The recurring theme was a lack of preparation, an incomplete understanding of what the job entailed, and the inability to think creatively on short notice when asked basic marketing questions.   But the biggest shocker of all was the lack of personal investment in themselves.  Only a couple read books, were on Linkedin or had the desire to read on-line content relevant to marketing, social media, self-help or success.  Where did we drop the ball with young people?  Why haven’t more established professionals and/or teachers taken these youngsters aside and explained to them about the real world where it isn’t always who you know and you can’t have the expectation that you’ll be able to ride someone else’s coattails and score a job.

There was even one candidate that said they were ready to be an adult now and if they were chosen for this job they would go the extra mile to invest in themselves and stay on top of the ever changing world of marketing or any field for that matter.

Here is what I look for in a candidate during a job interview:

  • Appearance
  • Verbal presentation skills
  • College education – I am more concerned that you have a degree than specifically what the degree is in.  Show me you can keep commitments, stay the long haul and not be a quitter by neglecting to finish your degree.
  • Have you done your homework on my company and the job you are interviewing for?  Did you find an inside coach to help you?  Have you thoroughly combed our website, made yourself familiar with the brand or product and thought of ways we could benefit from having you on board?
  • Have you tried to do research on me or the individual interviewing you?
  • Can you think on your feet with tough questions?  Go ahead, I encourage you to Google tough marketing interview questions and get comfortable answering the uncomfortable.
  • Do you invest in your self?  Meaning do you read books that will help you grow in the field you want to work in?  Do you study successful people?  What about Car University?  All of this is at your fingertips on the internet, just waiting for you to consume it.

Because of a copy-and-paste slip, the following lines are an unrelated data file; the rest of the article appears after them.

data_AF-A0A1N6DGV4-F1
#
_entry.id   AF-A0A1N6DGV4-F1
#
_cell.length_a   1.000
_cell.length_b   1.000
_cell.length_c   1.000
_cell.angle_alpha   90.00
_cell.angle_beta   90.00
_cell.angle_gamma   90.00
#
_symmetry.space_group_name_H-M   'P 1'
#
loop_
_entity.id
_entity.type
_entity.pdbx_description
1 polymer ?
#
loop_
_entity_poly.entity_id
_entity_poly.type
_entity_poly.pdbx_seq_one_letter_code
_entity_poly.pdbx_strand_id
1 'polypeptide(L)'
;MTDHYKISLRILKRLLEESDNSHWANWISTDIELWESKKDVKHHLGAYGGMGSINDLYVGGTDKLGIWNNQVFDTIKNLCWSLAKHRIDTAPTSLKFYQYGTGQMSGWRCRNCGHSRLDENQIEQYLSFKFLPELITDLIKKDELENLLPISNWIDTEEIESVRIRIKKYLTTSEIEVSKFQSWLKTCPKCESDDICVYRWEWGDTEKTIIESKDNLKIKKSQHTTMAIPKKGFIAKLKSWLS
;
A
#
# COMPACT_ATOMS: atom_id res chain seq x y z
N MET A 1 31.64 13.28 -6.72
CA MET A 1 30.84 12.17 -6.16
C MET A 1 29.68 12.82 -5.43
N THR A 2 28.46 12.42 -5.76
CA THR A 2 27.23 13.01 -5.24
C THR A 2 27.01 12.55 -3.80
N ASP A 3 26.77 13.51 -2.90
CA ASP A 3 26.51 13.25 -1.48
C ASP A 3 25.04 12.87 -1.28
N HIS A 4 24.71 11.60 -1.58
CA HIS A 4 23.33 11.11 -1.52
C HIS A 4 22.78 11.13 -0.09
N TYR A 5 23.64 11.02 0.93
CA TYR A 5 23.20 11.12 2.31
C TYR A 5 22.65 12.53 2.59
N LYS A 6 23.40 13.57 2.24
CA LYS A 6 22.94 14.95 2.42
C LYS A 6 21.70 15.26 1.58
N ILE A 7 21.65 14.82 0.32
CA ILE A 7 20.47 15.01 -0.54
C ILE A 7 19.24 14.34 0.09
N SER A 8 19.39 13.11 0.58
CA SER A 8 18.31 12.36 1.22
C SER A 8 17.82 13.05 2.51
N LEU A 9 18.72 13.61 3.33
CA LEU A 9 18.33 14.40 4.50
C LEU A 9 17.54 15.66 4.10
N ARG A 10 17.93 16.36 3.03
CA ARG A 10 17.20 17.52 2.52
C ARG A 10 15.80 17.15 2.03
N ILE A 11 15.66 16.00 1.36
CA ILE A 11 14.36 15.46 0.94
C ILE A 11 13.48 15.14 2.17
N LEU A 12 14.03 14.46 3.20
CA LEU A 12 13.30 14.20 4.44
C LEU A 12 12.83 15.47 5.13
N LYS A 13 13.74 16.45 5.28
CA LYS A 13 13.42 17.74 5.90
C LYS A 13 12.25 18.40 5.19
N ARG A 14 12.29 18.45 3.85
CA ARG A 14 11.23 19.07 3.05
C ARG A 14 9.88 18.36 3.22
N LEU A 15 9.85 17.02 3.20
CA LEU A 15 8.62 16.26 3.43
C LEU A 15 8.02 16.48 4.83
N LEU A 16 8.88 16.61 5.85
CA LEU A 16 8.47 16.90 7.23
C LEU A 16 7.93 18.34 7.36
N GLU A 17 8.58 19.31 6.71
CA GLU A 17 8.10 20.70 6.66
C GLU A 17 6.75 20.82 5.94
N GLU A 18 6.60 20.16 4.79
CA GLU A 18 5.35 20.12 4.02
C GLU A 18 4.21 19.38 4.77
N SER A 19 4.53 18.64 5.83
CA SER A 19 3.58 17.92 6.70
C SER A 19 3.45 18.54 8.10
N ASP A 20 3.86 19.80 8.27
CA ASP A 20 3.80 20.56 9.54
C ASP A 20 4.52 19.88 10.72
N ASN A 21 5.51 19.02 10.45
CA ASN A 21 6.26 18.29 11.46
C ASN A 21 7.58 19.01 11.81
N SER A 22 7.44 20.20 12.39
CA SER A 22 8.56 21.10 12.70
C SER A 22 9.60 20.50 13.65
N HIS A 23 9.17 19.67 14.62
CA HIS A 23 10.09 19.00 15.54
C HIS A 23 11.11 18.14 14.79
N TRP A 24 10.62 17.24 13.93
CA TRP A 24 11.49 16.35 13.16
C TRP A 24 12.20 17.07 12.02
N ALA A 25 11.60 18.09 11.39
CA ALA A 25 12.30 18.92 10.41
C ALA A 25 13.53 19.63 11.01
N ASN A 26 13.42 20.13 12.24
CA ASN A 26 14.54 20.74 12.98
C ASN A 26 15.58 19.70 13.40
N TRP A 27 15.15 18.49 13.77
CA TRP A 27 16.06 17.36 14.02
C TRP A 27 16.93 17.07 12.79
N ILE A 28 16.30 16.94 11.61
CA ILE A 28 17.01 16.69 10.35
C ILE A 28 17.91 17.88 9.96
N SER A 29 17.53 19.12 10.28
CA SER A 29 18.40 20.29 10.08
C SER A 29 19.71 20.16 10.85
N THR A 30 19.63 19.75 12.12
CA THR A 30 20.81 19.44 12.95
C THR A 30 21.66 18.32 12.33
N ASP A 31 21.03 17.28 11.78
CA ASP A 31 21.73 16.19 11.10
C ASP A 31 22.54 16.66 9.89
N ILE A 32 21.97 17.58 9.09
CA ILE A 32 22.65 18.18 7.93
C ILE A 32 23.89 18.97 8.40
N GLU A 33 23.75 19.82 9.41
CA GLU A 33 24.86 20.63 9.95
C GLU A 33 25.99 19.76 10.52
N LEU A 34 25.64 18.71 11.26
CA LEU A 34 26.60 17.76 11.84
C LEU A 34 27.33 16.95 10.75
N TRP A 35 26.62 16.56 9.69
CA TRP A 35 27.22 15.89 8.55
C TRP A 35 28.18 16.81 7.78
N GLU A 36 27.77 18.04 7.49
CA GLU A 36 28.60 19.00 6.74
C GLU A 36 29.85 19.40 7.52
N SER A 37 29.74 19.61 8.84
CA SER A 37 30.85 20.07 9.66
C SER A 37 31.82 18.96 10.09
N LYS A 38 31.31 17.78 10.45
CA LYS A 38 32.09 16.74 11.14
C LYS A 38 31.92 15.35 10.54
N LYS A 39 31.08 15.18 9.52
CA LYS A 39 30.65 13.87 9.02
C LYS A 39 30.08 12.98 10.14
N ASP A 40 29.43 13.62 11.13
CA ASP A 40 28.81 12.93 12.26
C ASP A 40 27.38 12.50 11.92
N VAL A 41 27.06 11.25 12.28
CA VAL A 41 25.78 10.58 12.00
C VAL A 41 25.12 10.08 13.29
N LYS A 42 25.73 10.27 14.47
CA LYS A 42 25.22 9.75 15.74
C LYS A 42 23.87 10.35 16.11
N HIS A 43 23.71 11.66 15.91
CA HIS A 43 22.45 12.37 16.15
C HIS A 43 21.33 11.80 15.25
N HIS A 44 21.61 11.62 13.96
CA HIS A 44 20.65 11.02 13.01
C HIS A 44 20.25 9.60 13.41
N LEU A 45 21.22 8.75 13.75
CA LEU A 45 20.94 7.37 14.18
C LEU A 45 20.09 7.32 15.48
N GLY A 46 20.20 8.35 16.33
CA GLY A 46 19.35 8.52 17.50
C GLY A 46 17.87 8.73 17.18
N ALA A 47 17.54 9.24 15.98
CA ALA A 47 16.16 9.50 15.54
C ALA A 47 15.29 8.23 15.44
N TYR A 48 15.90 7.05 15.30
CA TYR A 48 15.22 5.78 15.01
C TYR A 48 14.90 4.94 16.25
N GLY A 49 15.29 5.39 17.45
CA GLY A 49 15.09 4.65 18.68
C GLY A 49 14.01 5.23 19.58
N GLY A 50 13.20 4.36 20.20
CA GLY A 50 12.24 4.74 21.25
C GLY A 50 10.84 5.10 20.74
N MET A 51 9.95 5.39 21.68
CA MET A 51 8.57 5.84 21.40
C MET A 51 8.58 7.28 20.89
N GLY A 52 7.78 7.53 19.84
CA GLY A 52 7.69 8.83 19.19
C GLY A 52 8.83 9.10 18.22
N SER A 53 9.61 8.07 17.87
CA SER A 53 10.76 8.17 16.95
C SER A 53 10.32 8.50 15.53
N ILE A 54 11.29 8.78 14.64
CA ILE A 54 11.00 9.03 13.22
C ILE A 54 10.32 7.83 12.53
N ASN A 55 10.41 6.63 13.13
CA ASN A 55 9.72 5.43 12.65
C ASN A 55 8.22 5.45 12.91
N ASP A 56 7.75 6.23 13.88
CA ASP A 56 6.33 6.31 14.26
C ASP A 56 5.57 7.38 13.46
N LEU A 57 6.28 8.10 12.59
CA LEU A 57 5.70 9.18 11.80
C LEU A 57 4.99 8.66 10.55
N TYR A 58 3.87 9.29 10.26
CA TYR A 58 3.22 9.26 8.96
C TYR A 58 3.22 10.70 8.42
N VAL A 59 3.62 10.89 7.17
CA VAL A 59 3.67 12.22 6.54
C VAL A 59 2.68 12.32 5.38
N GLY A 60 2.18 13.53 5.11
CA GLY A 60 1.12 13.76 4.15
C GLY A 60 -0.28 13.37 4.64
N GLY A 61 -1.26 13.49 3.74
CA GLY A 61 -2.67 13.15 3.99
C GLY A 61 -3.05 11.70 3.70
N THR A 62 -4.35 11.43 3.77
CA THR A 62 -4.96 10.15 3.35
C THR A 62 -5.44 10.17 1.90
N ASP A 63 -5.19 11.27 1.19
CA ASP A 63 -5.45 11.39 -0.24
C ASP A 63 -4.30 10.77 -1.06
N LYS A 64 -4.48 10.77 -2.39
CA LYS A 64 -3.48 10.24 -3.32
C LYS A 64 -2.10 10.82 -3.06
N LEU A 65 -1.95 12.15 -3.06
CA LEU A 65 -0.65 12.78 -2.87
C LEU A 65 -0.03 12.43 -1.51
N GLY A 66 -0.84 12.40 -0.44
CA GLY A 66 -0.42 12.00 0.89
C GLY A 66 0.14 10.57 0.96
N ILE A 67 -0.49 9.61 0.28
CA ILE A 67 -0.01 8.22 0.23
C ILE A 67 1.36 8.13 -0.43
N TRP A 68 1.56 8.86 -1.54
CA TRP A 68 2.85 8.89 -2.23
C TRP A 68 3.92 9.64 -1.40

• Are you on Facebook, LinkedIn or Twitter and how are you using each platform?
  • Do you send a hand-written thank you note after the interview?

Here is my advice while you are job hunting:

  • Start establishing  a powerful personal brand independent of your work experience. Pursue your own aspirations and learn how to define them and market them to the corporate world.
  • Take advantage of being a digital native and learn as much as you can with the tools at the tip of your fingertips.
  • Rethink your social media presence.  If you come to work for me, social proof is critical    Ditch the party photos and all the liquor brands you LIKE and avoid the drunken tweets. Turn your public social media presence into a showcase of your personal brand and portal of interests and skills. Connect the dots for me and demonstrate how I can’t possibly live without you on my team.
  • Be unusual and memorable.
  • Show you have a big and growing network that comes with you when you get hired.

And, whether you’ve graduated from college or never went at all, never stop learning. The Web is filled with tons of information and on-line courses.

At the end of the day, I’m looking for moldable, adaptable, resilient people who can be mentored for current positions as well as jobs that don’t exist yet.  That same person who might have made my drink at Starbucks this morning or cleared my dirty dishes at dinner last night.